A huge number of constituents have contacted me about the killing of George Floyd in the USA. I will reply to everyone who has contacted me individually, but I wanted to share my thoughts about this tragic incident in the meantime.
This a challenging and uncertain time for members of the BAME community both in the UK and the US.
This is a particularly salient issue. The UK has a moral obligation to call out discrimination and injustice wherever we see it—no matter where in the world it occurs – and the death of George Floyd must not become another name but a catalyst for change in our society. To build a better society, we must stand united against injustice and racism.
Protesters are rightly calling for a simple fact – that black lives do indeed matter – to be respected; for black people to be able go about their daily lives without the threat of police violence, and for all of us to take action to dismantle the structural and institutional racism in our societies.
Recently, Foreign Secretary Dominic Raab refused to comment on George Floyd’s death. While calling the incident “very distressing,” he wanted to refrain from commenting on President Trump’s response, stating that such comments on other world leaders become a “media distraction.” His silence was condemned by Labour’s Shadow Foreign Secretary, Lisa Nandy, and the Labour Party. Such ambivalence and an inability to unequivocally condemn the killing of George Floyd is wrong.
Furthermore, while the Prime Minister has spoken out against the treatment and arrests of US journalists during the protests, this is far from a firm condemnation of discrimination and injustice. I firmly believe that when the Prime Minister next speaks to President Trump, he must now convey the UK’s abhorrence about his response to recent events.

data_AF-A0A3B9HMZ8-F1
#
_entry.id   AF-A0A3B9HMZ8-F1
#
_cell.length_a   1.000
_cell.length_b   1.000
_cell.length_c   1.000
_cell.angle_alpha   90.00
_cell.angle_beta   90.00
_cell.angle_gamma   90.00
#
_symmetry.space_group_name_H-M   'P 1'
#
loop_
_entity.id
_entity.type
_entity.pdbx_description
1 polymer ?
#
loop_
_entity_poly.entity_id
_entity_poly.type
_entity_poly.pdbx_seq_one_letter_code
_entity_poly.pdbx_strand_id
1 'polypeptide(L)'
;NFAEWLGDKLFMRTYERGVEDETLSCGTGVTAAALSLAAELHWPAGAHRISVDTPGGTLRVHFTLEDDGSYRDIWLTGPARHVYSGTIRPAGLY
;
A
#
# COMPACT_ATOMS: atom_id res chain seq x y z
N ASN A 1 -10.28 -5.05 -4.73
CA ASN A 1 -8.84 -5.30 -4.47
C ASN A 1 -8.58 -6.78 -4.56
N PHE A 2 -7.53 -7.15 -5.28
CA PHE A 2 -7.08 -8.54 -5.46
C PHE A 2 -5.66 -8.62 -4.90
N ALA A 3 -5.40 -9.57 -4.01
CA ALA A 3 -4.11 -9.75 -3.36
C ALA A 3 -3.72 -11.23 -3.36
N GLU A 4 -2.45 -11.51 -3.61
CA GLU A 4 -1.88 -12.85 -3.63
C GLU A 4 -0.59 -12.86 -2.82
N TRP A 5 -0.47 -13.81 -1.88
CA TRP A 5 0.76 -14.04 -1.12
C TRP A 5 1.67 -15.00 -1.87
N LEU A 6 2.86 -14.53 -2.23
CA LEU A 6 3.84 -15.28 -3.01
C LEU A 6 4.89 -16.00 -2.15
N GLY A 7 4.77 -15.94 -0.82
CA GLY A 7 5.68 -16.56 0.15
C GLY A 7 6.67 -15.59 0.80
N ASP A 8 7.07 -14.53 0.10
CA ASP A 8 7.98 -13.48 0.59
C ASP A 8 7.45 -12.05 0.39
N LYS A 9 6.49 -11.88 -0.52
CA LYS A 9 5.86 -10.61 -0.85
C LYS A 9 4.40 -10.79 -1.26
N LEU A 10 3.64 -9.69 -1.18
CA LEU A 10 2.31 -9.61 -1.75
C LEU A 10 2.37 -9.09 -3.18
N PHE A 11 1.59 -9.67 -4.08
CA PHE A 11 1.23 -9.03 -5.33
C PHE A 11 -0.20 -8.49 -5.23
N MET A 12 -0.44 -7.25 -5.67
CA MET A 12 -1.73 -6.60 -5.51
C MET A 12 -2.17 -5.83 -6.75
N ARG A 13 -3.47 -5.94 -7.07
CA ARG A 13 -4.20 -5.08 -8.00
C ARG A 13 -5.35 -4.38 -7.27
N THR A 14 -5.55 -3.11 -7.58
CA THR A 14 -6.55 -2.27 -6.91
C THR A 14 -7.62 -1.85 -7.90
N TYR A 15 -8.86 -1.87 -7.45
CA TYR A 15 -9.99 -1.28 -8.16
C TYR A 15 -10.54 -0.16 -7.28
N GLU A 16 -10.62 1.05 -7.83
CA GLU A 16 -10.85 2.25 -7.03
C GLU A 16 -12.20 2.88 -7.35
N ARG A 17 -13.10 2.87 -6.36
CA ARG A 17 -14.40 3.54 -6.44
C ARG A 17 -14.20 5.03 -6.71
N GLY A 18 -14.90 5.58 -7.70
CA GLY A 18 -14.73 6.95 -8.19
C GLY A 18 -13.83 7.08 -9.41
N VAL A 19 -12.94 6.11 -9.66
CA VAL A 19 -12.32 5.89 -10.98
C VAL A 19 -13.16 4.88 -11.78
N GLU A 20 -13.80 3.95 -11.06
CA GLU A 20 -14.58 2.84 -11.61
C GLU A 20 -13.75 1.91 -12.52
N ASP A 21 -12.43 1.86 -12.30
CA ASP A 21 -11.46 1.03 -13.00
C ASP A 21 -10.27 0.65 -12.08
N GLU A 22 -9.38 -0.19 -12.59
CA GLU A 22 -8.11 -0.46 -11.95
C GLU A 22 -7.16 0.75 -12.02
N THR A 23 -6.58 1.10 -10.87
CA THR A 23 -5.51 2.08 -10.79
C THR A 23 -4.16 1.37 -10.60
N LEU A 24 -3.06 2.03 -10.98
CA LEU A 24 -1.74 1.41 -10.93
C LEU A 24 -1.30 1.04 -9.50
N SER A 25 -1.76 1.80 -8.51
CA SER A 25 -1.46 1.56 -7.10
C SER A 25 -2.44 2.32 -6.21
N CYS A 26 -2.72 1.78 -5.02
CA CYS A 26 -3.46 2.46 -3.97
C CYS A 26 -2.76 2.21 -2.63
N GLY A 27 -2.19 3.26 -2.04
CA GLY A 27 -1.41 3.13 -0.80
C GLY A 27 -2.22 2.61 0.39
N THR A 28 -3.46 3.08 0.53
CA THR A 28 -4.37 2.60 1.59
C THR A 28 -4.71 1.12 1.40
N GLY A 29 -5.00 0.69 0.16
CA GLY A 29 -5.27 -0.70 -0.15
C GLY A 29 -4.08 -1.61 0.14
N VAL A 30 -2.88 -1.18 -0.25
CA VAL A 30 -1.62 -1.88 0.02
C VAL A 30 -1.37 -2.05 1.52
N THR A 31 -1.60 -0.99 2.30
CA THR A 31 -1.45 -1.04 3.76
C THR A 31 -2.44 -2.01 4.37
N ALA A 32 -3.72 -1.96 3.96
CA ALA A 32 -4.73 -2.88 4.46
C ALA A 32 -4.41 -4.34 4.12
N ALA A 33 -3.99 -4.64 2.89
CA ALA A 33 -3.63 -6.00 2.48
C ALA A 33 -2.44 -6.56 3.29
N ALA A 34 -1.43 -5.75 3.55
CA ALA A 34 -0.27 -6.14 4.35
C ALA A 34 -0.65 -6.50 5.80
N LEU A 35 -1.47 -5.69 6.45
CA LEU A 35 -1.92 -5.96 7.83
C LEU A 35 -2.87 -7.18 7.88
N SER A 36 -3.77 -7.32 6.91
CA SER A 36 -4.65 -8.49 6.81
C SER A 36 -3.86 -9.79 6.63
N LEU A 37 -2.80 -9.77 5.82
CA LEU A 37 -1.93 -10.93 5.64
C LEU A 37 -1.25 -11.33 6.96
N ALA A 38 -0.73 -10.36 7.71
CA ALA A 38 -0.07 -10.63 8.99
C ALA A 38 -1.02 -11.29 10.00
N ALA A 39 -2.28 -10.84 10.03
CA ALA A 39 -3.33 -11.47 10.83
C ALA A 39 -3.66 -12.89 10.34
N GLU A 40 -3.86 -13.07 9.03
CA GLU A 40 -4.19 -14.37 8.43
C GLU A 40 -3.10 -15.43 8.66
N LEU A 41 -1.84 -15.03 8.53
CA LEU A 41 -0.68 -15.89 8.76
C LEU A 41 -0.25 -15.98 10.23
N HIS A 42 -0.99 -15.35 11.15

I think it is a legitimate concern that British-sold equipment may have been used in these incidents. Labour’s Shadow International Trade Secretary Emily Thornberry recently wrote to Liz Truss calling on the Government to immediately suspend any exports of riot control equipment to the US, pending a review of whether they are being used in response to ongoing civil rights protests.
Regarding the recent report that was published about BAME individuals and Covid-19, I share your concern about the findings that were unearthed in the document. While it did not confirm anything that was not known before, it underlined the fact that those from BAME communities are at higher risk of catching and dying from Covid-19. I recently spoke to Sky News about this concerning issue which you can see here.
I believe that the government now should be setting out a strategy to reduce a risk for BAME individuals. This includes provision for BAME key and frontline workers such as Belly Mujinga, who recently passed away after contracting Covid-19 when not provided with adequate Personal Protective Equipment (PPE). It clear that we still have further to go in combatting racism and structural inequality in the UK.
The Labour Party fundamentally believe that we must stand united against injustice and racism, condemning discrimination and injustice wherever we see it, and I will continue to press the Government to fulfil these responsibilities and moral obligations to ensure a more equitable society.
I understand that this is an issue of grave importance. The Labour Party will and must continue to push for equality and unity, as recently illustrated by the illumination of Leeds Town Hall this week in memory of George Floyd.